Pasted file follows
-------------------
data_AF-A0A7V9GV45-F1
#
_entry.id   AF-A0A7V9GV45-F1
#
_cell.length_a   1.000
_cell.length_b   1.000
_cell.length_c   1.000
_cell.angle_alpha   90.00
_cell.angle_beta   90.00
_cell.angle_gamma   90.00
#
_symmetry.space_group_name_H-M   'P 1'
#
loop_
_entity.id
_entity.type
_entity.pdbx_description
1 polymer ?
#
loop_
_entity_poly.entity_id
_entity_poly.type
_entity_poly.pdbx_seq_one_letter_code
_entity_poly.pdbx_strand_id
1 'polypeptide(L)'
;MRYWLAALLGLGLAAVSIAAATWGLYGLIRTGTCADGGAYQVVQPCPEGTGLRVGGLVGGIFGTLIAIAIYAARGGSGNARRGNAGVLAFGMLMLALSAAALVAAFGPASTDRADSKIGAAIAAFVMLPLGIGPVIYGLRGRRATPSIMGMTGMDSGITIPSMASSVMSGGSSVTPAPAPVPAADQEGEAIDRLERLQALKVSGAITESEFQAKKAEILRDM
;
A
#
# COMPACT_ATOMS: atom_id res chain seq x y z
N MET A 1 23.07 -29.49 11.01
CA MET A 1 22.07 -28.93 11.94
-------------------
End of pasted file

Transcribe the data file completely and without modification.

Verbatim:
data_AF-A0A7V9GV45-F1
#
_entry.id   AF-A0A7V9GV45-F1
#
_cell.length_a   1.000
_cell.length_b   1.000
_cell.length_c   1.000
_cell.angle_alpha   90.00
_cell.angle_beta   90.00
_cell.angle_gamma   90.00
#
_symmetry.space_group_name_H-M   'P 1'
#
loop_
_entity.id
_entity.type
_entity.pdbx_description
1 polymer ?
#
loop_
_entity_poly.entity_id
_entity_poly.type
_entity_poly.pdbx_seq_one_letter_code
_entity_poly.pdbx_strand_id
1 'polypeptide(L)'
;MRYWLAALLGLGLAAVSIAAATWGLYGLIRTGTCADGGAYQVVQPCPEGTGLRVGGLVGGIFGTLIAIAIYAARGGSGNARRGNAGVLAFGMLMLALSAAALVAAFGPASTDRADSKIGAAIAAFVMLPLGIGPVIYGLRGRRATPSIMGMTGMDSGITIPSMASSVMSGGSSVTPAPAPVPAADQEGEAIDRLERLQALKVSGAITESEFQAKKAEILRDM
;
A
#
# COMPACT_ATOMS: atom_id res chain seq x y z
N MET A 1 23.07 -29.49 11.01
CA MET A 1 22.07 -28.93 11.94